Alton Brown's cooking tips and techniques for a perfectly cooked turkey.
Tags:How to Cook a Perfect Turkey - Part 1,alton brown,food network,perfect turkey,roasted turkey,thanksgiving,thanksgiving recipes,Thanksgiving Turkey,tools and techniques,turkey,Turkey Recipe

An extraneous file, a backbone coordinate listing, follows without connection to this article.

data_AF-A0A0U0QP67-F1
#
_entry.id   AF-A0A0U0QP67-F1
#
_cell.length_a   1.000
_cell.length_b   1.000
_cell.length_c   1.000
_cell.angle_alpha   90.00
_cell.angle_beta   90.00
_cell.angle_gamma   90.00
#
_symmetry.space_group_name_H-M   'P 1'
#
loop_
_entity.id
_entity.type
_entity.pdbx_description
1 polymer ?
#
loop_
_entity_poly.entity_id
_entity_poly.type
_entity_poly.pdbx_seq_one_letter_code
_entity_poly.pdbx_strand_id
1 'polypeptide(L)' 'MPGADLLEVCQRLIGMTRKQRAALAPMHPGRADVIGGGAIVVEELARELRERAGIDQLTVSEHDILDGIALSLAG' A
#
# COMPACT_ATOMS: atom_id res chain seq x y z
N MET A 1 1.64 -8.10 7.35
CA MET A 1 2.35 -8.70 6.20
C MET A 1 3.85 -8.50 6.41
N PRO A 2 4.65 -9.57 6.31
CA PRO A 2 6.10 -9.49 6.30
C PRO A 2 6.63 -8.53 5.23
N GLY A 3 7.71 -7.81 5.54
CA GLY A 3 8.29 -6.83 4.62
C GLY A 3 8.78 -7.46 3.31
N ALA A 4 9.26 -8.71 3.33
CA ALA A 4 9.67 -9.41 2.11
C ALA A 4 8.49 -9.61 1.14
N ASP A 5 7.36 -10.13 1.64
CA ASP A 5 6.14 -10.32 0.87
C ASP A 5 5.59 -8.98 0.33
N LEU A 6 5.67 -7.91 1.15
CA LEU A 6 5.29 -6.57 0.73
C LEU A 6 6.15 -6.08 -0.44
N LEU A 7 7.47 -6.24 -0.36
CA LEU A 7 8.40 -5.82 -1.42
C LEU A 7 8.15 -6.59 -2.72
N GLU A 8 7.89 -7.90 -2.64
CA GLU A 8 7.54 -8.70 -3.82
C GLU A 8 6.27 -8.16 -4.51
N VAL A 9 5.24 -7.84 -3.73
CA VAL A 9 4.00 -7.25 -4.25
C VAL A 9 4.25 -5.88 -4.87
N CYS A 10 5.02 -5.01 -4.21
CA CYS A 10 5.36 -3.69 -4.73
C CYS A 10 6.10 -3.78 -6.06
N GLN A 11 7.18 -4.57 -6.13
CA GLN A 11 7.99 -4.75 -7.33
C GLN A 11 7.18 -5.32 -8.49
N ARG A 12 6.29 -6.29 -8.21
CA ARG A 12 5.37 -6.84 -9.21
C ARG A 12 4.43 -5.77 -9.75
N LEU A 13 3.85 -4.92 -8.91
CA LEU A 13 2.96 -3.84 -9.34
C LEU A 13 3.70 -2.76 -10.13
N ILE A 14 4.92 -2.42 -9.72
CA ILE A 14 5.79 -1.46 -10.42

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Alton Brown: This humble by fold, a fine American Aluminum is actually the answer to one of turkey’s greatest question. Namely, how do you thoroughly cooked dark meat which we like it about 180-degrees without over cooking the white meat which we like to pull it about 161? Now, you could cut up the bird before you cook it but come on you want to deliver in American Icon that the table not up jigsaw puzzle. You could butterfly your bird like we did the chicken in our classic episode of a bird in the pan, but you need a surgeons bone saw to get through this one. Nope, the answer is the turkey triangle and the secret is to form fit it before you actually need it. Just rub a little canola oil on the inside so that it doesn’t stick and just mold it to the breast kind a like breast plate in a bad wrap, like that. The point of doing this ahead of time is so that when we really need it later, you wouldn’t have to squeeze it onto a 500-degree bird there. Now, the last step before you go into the oven is a quick canola rub down. A little bit of oil is going to promote drowning by raising the—Aant Verna. What are you doing? Aant Verna: I was just slowering your oven dear, you had it set too high. Alton Brown: No, no Aant Verna. I started my turkeys in a repent hot 500-degree oven because you need dry intense heat to brown the skin. Aant Verna: No, no, dear low and slow is the only way to go. Alton Brown: No, actually low and slow is no way to go. Low and slow that the fat layer just melts and rolls off without browning the skin, longer cooking time means dryer meat. No, you go 500-degrees for 30 minutes then you slap on the turkey triangle, drop the heat at 350 and cook until the probe thermometer say 161. Then you rest it, you carve it, you eat it and take a nap. Aant Verna: I never like you too much anyway. Alton Brown: A lot of my childhood questions just got answered. Roasting time is finally here. We have our 500-degree oven and I like to put my turkeys in legs first. Since the dark meat can take a little bit more heat, it doesn’t dries as easily. Now, I’m more concern with time right now than temperature. So, I’m going to use the timer function at this bad boy, set for 30 minutes. Now, so far all of our times in equations have been based on no stuffing so just stay away from the stuffing side. Besides, we got something a lot and a lot better on the way. Now, wash those turkey hands. Half an hour up already, time for the turkey triangle, oh yeah we’ve got a lot of great color already. Definitely time to cover up the breast so that it won’t over cook, our pre-teller to turkey triangle goes on. Just took that corner up under the probe and back inch, she goes. Oven goes down to 350-degrees since the cook isn’t over until the fat thermometer sings. You want to keep this door close? No, no turkey tampering okay? Now, 14-pounder like our friend here is probably going to be cost 161-degree finish line in about another hour and half that will make it a total of two hours of cooking. Granted, not every oven in the world is alike and here’s might take just a little bit longer but don’t worry just listen for the thermometer. You’re just in time. We’ve just cross the 161 magic line. Oh sorry! This smokes great, exactly what we want. Good color, lot of juice, great. Now, the temperature inside the bird will continue increase for at least a few minutes, so don’t cut in to this and don’t pull out the pop up thermometer. You just want to let it rest. So, allow you’re reheating your bread putting. You’re finishing the cranberry sauce. Cover this with something you keep it cozy, you could use up and inverted stainless steel bowl or even a big 10 foil but I find it the lead for my cattle grill, words of all butchers.